NBA Commissioner Adam Silver published an op-ed Thursday in favor of the legalization and regulation of sports gambling in the United States. The column represented a major departure from the hardline anti-gambling stance favored by predecessor David Stern and could herald a coming change to how sports betting is viewed by the nation.

“Times have changed since [the Professional and Amateur Sports Protection Act] was enacted,” Silver wrote in the New York Times, referencing the 1992 federal statute that banned most states from legalizing sports betting. “Gambling has increasingly become a popular and accepted form of entertainment in the United States.”

Rather than continuing to shun America’s prosperous underground sports gambling industry, Silver asserts that the nation’s leaders should take control of the system. That would mean federal regulations designed to both protect the integrity of major sports leagues and prevent fans from engaging in gambling activity that falls outside government mandates.

“These requirements would include: mandatory monitoring and reporting of unusual betting-line movements; a licensing protocol to ensure betting operators are legitimate; minimum-age verification measures; geo-blocking technology to ensure betting is available only where it is legal; mechanisms to identify and exclude people with gambling problems; and education about responsible gaming,” Silver wrote.

It’s difficult to predict if Silver’s public call for legalized sports betting will have any effect on Congress' stance on the matter. At the very least, the NBA’s change of heart could entice another major sports league to reconsider its anti-gambling position, Paul Haagen, a sports law professor at Duke University, said. “The direction in sports is very much in favor of intimate fan engagement,” Haagen said in a telephone interview. “The great triumph of the NFL is fantasy football. Gambling is another form of very direct, immediate fan engagement … It’s essentially a dose of realism with some nod toward increasing fan interest.”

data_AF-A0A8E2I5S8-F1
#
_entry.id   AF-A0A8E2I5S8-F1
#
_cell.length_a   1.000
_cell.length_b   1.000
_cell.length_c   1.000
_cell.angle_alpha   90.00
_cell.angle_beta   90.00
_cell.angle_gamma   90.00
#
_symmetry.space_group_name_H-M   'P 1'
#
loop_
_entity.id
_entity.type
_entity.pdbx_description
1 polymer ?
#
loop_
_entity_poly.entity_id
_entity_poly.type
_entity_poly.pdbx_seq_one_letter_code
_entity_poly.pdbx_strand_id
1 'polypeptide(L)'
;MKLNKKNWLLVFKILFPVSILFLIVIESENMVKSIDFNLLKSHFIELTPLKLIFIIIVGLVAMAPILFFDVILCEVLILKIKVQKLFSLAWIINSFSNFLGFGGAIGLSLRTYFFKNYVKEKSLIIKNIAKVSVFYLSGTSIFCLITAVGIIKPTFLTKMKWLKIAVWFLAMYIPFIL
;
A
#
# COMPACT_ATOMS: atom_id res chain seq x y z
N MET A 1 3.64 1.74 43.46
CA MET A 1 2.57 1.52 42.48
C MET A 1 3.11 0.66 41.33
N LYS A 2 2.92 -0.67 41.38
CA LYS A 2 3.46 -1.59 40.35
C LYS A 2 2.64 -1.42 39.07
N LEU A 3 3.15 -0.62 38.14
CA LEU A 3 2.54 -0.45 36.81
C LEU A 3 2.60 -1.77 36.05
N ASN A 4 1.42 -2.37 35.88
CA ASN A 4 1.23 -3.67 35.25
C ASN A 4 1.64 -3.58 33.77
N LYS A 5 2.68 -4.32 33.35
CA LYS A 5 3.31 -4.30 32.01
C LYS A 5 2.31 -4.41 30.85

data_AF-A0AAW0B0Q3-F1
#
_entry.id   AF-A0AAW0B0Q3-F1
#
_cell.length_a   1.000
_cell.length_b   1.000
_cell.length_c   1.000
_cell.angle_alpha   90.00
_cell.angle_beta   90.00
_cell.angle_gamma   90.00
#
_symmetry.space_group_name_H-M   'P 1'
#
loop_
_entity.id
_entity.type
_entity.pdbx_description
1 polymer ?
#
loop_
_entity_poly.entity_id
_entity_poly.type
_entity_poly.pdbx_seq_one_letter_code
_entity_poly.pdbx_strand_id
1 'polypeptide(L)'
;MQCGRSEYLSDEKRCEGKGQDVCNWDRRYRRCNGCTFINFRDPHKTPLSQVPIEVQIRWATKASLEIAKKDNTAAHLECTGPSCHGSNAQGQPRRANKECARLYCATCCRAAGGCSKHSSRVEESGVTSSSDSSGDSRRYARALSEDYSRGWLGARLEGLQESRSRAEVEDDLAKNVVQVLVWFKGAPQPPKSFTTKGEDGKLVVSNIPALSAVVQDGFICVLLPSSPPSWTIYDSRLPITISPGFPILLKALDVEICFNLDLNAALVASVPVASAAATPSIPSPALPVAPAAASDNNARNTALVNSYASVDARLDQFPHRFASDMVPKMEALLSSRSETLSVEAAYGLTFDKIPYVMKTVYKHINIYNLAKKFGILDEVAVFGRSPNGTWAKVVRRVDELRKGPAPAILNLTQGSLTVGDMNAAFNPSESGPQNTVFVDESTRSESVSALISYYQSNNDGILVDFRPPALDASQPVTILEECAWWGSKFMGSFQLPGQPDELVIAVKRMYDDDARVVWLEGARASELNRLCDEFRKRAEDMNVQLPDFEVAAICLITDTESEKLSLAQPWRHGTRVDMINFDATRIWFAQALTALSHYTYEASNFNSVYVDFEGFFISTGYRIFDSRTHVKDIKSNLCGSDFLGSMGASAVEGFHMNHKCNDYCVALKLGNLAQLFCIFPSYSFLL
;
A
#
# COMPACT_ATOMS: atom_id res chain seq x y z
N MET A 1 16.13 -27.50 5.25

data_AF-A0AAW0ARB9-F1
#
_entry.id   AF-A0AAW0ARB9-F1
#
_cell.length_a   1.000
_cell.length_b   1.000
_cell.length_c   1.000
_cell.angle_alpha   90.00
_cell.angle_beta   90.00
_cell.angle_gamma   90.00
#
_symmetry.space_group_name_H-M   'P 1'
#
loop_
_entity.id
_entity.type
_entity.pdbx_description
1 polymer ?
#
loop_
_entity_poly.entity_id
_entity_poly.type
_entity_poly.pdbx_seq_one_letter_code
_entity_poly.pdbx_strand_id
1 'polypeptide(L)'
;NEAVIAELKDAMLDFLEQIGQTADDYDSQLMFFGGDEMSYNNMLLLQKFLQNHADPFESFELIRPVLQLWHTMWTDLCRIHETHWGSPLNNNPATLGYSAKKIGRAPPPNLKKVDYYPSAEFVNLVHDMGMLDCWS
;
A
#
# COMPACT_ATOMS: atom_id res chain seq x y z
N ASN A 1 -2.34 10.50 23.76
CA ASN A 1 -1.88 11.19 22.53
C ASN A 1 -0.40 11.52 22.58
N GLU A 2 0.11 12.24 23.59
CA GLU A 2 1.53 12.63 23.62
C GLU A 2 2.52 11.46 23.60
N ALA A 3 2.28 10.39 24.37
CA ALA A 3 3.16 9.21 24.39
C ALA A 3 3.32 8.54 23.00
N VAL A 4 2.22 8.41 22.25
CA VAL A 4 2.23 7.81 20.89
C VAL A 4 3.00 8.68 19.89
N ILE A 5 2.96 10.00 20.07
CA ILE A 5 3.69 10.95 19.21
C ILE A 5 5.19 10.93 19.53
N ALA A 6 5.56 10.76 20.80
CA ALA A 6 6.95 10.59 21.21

The NBA remains against sports gambling legalization in individual states. Initiatives such as the New Jersey Gov. Chris Christie-backed bill that briefly authorized sports betting in the state earlier this year would be “both unlawful and bad public policy” without federal oversight, Silver wrote.

Open support for sports gambling of any kind contradicts the NBA’s opinion on the matter for the past several decades. In 2012, then-commissioner Stern joined with officials from the MLB, NFL, NHL and NCAA to sue New Jersey over Christie’s efforts to legalize sports betting in the state.

“The one thing I’m certain of is New Jersey has no idea what it’s doing and doesn’t care because all it’s interested in is making a buck or two, and they don’t care that it’s at our potential loss,” Stern said at the time, according to the Associated Press.

But Stern softened his anti-sports gambling stance near the end of his tenure as NBA commissioner, and Silver has repeatedly expressed support of legalized sports betting. He described legalization as “inevitable” in at September interview with Bloomberg.

Earlier this week, the NBA announced a promotional and investment partnership with FanDuel, a daily fantasy sports service that allows fans to wager cash on the performance of their respective fantasy teams. Moreover, the league has reportedly mulled the possibility of placing an expansion franchise in Las Vegas -- one of the few places in the country that allows legal sports betting.